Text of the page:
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Samsung Galaxy S5 ringtone and notifications sounds not working anymore after upgrading to Android Lollipop

Your beloved Galaxy S5 ceased talking after the latest android update? Fear not, for this is a common problem due to one of the new features of Google operating system’s fifth installment: we’re talking about the improved Blocking Mode, featuring a new option not present in the previous versions. As you probably already know, the Silent Mode option blocks the ringtones and the notifications for all of your contacts, while placing a “no parking” icon to the upper left.

To make this feature even more useful Lollipop added a new Priority option, which gives the user the chance to activate the Blocking Mode while excluding the contacts present in the Favorite list. This means that your phone won’t react to any incoming call or notification, except those sent by our own priority list.

 

android-lollipop-default-notifications

 

A very useful feature indeed, let alone the fact that it tends to auto-activate itself after many upgrades: that’s why many user have seen their device suddendly stop working, without giving any visual evidence of what is actually happening: the new feature’s icon, which resembles the favorite star, is also rather misleading and doesn’t really help to understand what’s going on.

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Android: proportionally stretch an ImageView to fit the whole screen width while maintaining its aspect ratio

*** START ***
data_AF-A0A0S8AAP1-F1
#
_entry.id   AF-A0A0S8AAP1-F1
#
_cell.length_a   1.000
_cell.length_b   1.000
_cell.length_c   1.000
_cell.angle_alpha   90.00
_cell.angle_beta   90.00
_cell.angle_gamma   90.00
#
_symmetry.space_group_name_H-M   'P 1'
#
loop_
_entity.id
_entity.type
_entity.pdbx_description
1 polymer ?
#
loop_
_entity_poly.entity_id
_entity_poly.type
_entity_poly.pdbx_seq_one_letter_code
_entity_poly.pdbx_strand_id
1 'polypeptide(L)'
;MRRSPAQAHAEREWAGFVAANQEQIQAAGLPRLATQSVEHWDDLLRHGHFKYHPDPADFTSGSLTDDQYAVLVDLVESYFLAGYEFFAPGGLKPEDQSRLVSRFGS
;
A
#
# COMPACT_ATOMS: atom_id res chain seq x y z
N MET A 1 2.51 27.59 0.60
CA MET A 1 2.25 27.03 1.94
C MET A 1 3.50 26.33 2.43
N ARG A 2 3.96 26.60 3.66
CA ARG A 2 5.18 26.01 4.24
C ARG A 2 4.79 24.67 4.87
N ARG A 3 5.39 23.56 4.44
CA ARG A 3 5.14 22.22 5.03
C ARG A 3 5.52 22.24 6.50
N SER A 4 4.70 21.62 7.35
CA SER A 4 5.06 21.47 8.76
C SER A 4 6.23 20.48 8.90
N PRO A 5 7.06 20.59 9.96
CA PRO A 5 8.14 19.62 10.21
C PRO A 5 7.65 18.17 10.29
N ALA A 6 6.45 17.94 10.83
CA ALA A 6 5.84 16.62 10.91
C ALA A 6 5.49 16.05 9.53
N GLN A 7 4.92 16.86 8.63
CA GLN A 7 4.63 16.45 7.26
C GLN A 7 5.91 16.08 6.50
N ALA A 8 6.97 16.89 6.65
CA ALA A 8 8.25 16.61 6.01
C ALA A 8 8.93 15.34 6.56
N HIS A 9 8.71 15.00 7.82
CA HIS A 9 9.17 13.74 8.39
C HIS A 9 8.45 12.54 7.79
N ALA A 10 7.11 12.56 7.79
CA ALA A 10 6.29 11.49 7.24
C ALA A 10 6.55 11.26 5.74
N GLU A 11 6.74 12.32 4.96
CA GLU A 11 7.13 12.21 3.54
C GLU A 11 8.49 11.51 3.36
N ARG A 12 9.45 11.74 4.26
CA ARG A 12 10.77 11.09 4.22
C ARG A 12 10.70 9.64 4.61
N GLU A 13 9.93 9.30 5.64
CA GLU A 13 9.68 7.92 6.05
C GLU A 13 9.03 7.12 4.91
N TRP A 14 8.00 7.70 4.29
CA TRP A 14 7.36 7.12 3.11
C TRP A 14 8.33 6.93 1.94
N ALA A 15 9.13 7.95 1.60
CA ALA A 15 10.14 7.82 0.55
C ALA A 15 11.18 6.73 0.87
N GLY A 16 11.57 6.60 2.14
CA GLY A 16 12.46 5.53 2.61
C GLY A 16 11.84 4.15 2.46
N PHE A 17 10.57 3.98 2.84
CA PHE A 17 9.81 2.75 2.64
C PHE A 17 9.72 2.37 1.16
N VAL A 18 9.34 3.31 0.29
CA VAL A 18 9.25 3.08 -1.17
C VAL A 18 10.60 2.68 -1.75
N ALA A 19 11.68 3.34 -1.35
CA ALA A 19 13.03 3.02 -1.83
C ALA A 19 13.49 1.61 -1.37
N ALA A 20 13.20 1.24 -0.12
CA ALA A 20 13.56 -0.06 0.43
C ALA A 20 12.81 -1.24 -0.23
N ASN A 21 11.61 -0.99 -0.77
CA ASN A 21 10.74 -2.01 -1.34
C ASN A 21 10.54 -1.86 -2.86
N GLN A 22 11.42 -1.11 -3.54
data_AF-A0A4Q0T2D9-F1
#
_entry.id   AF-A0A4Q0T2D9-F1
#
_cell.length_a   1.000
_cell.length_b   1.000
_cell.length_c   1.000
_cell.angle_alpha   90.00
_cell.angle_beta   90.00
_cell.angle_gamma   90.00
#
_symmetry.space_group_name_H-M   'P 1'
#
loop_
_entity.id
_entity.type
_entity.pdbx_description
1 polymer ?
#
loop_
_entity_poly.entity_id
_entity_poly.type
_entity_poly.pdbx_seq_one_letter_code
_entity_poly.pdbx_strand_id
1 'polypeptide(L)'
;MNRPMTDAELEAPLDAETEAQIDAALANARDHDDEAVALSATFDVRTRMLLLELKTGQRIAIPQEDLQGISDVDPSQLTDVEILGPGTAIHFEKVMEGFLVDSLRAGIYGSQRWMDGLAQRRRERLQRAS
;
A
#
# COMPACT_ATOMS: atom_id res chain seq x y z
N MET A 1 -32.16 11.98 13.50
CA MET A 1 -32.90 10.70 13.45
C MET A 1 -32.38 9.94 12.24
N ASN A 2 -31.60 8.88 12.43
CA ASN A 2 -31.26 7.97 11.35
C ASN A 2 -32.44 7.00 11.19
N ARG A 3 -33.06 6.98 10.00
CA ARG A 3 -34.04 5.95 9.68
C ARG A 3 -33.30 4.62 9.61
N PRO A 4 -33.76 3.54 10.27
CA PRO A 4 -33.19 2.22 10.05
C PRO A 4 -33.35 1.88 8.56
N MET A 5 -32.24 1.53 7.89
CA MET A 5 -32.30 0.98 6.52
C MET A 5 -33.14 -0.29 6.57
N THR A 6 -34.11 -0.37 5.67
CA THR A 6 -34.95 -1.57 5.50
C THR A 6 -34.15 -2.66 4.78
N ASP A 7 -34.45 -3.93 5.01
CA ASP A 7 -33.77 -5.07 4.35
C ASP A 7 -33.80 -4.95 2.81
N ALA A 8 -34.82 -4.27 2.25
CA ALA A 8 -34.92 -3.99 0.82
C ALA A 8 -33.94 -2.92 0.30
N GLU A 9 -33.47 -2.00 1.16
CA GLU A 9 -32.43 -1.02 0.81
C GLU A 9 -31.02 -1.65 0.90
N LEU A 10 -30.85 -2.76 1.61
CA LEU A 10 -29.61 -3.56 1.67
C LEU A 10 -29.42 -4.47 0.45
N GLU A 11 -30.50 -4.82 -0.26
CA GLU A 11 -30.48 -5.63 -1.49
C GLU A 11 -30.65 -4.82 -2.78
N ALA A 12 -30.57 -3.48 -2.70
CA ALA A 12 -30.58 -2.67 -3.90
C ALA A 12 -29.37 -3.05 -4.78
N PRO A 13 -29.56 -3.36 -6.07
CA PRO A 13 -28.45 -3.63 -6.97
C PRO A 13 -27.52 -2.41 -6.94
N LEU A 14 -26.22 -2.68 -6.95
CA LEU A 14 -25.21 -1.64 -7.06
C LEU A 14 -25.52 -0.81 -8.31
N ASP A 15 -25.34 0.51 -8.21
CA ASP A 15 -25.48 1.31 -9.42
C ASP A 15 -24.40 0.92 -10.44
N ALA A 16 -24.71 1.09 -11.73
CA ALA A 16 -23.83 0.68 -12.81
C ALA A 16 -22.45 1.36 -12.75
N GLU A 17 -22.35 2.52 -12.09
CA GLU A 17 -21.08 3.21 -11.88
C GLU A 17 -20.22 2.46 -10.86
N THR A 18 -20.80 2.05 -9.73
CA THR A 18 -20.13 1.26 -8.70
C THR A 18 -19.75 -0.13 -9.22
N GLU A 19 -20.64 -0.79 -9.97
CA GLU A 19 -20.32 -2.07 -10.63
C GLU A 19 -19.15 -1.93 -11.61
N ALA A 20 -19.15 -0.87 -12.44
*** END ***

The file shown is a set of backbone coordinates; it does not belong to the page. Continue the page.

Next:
Proportional image resizing is a fairly common scenario while developing an Android app: there are a number of situations where you might want an image to stretch itself to horizontally fit the whole screen while keeping its original aspect ratio. You might think it should be easy: sadly, it’s not.

The problem

Achieving this result in HTML would be extremely easy: we just need to set our image width to 100% and avoid to set any height, letting the browser doing the whole proportional resize job. Unfortunately, Android wears a different pair of shoes: the ImageView element containing your drawable resource (or downloaded file) requires a width and an height: we can give a fixed number in px, dp or other supported units, use the parent width with the match_parent command or use the actual image width using the wrap_content command: as we can see, proportional resize is not an option. We can achieve some decent results by setting android:layout_widthandroid:layout_height and android:scaleType to make them adapt to the container layout in the following way:

These values could work in your specific scenario, but they tend to give inconsistant results among different devices and, most importantly, among different image sizes/ratios.

The solution

Why should we use a plain ImageView? We can start by taking a look to this interesting post on StackOverflow showing how to extend a View in order to achieve a very similar result: then we can use that knowledge to build our own ImageView extension class. Here’s an example of a ProportionalImageView which automatically scales its height according to its computed width keeping its original aspect ratio intact:

 

And this is how we can use it inside an XML layout:

Just remember to replace com.my.namespace with your app namespace and you should be fine.